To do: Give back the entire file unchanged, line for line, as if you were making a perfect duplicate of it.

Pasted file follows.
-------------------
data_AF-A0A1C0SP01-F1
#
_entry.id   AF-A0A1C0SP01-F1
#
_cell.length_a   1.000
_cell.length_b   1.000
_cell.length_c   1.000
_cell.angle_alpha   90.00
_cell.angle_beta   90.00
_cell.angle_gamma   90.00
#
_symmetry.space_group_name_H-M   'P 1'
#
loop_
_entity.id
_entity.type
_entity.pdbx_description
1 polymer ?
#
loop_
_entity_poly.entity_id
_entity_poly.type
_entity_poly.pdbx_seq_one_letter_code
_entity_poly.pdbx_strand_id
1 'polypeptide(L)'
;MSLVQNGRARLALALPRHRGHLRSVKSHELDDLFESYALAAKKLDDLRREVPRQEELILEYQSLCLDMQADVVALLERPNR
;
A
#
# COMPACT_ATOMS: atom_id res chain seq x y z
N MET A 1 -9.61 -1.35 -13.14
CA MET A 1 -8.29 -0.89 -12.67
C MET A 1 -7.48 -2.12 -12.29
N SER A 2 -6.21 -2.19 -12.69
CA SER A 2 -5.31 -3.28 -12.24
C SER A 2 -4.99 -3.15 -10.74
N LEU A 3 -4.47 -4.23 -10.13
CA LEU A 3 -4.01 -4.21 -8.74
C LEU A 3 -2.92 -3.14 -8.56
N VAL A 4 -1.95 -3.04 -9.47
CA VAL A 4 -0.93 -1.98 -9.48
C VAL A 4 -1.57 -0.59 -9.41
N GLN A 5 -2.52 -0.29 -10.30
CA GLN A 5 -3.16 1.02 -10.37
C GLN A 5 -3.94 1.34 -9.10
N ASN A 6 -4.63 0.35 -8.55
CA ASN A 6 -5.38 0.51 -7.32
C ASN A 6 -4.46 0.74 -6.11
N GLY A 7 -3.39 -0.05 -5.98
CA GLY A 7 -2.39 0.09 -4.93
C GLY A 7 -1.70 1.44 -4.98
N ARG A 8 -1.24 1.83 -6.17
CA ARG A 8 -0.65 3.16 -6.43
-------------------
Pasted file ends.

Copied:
data_AF-A0A1C0SP01-F1
#
_entry.id   AF-A0A1C0SP01-F1
#
_cell.length_a   1.000
_cell.length_b   1.000
_cell.length_c   1.000
_cell.angle_alpha   90.00
_cell.angle_beta   90.00
_cell.angle_gamma   90.00
#
_symmetry.space_group_name_H-M   'P 1'
#
loop_
_entity.id
_entity.type
_entity.pdbx_description
1 polymer ?
#
loop_
_entity_poly.entity_id
_entity_poly.type
_entity_poly.pdbx_seq_one_letter_code
_entity_poly.pdbx_strand_id
1 'polypeptide(L)'
;MSLVQNGRARLALALPRHRGHLRSVKSHELDDLFESYALAAKKLDDLRREVPRQEELILEYQSLCLDMQADVVALLERPNR
;
A
#
# COMPACT_ATOMS: atom_id res chain seq x y z
N MET A 1 -9.61 -1.35 -13.14
CA MET A 1 -8.29 -0.89 -12.67
C MET A 1 -7.48 -2.12 -12.29
N SER A 2 -6.21 -2.19 -12.69
CA SER A 2 -5.31 -3.28 -12.24
C SER A 2 -4.99 -3.15 -10.74
N LEU A 3 -4.47 -4.23 -10.13
CA LEU A 3 -4.01 -4.21 -8.74
C LEU A 3 -2.92 -3.14 -8.56
N VAL A 4 -1.95 -3.04 -9.47
CA VAL A 4 -0.93 -1.98 -9.48
C VAL A 4 -1.57 -0.59 -9.41
N GLN A 5 -2.52 -0.29 -10.30
CA GLN A 5 -3.16 1.02 -10.37
C GLN A 5 -3.94 1.34 -9.10
N ASN A 6 -4.63 0.35 -8.55
CA ASN A 6 -5.38 0.51 -7.32
C ASN A 6 -4.46 0.74 -6.11
N GLY A 7 -3.39 -0.05 -5.98
CA GLY A 7 -2.39 0.09 -4.93
C GLY A 7 -1.70 1.44 -4.98
N ARG A 8 -1.24 1.83 -6.17
CA ARG A 8 -0.65 3.16 -6.43